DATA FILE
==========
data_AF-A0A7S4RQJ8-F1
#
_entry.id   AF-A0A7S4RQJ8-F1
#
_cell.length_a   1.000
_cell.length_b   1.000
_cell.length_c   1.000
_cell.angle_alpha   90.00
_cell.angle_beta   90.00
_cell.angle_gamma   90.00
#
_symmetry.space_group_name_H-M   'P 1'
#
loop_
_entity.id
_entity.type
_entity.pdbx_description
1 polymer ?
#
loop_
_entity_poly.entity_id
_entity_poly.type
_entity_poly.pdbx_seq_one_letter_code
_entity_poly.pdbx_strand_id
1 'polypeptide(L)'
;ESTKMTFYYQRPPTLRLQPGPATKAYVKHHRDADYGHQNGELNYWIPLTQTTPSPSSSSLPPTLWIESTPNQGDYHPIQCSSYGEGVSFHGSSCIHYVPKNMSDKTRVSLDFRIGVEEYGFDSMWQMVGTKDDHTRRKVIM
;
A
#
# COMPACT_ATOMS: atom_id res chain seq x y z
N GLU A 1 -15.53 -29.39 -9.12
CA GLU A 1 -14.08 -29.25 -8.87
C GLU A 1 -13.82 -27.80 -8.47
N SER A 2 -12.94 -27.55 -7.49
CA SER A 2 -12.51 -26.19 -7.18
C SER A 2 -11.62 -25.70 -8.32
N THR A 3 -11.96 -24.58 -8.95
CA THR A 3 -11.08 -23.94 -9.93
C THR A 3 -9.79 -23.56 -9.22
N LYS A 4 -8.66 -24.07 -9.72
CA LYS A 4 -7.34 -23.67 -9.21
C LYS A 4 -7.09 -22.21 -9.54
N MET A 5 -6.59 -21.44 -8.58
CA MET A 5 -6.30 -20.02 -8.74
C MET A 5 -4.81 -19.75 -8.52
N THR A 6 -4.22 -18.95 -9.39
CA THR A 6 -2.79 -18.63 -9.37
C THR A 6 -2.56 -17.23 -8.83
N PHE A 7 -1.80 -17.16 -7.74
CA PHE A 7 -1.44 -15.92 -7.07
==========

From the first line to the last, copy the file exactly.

data_AF-A0A7S4RQJ8-F1
#
_entry.id   AF-A0A7S4RQJ8-F1
#
_cell.length_a   1.000
_cell.length_b   1.000
_cell.length_c   1.000
_cell.angle_alpha   90.00
_cell.angle_beta   90.00
_cell.angle_gamma   90.00
#
_symmetry.space_group_name_H-M   'P 1'
#
loop_
_entity.id
_entity.type
_entity.pdbx_description
1 polymer ?
#
loop_
_entity_poly.entity_id
_entity_poly.type
_entity_poly.pdbx_seq_one_letter_code
_entity_poly.pdbx_strand_id
1 'polypeptide(L)'
;ESTKMTFYYQRPPTLRLQPGPATKAYVKHHRDADYGHQNGELNYWIPLTQTTPSPSSSSLPPTLWIESTPNQGDYHPIQCSSYGEGVSFHGSSCIHYVPKNMSDKTRVSLDFRIGVEEYGFDSMWQMVGTKDDHTRRKVIM
;
A
#
# COMPACT_ATOMS: atom_id res chain seq x y z
N GLU A 1 -15.53 -29.39 -9.12
CA GLU A 1 -14.08 -29.25 -8.87
C GLU A 1 -13.82 -27.80 -8.47
N SER A 2 -12.94 -27.55 -7.49
CA SER A 2 -12.51 -26.19 -7.18
C SER A 2 -11.62 -25.70 -8.32
N THR A 3 -11.96 -24.58 -8.95
CA THR A 3 -11.08 -23.94 -9.93
C THR A 3 -9.79 -23.56 -9.22
N LYS A 4 -8.66 -24.07 -9.72
CA LYS A 4 -7.34 -23.67 -9.21
C LYS A 4 -7.09 -22.21 -9.54
N MET A 5 -6.59 -21.44 -8.58
CA MET A 5 -6.30 -20.02 -8.74
C MET A 5 -4.81 -19.75 -8.52
N THR A 6 -4.22 -18.95 -9.39
CA THR A 6 -2.79 -18.63 -9.37
C THR A 6 -2.56 -17.23 -8.83
N PHE A 7 -1.80 -17.16 -7.74
CA PHE A 7 -1.44 -15.92 -7.07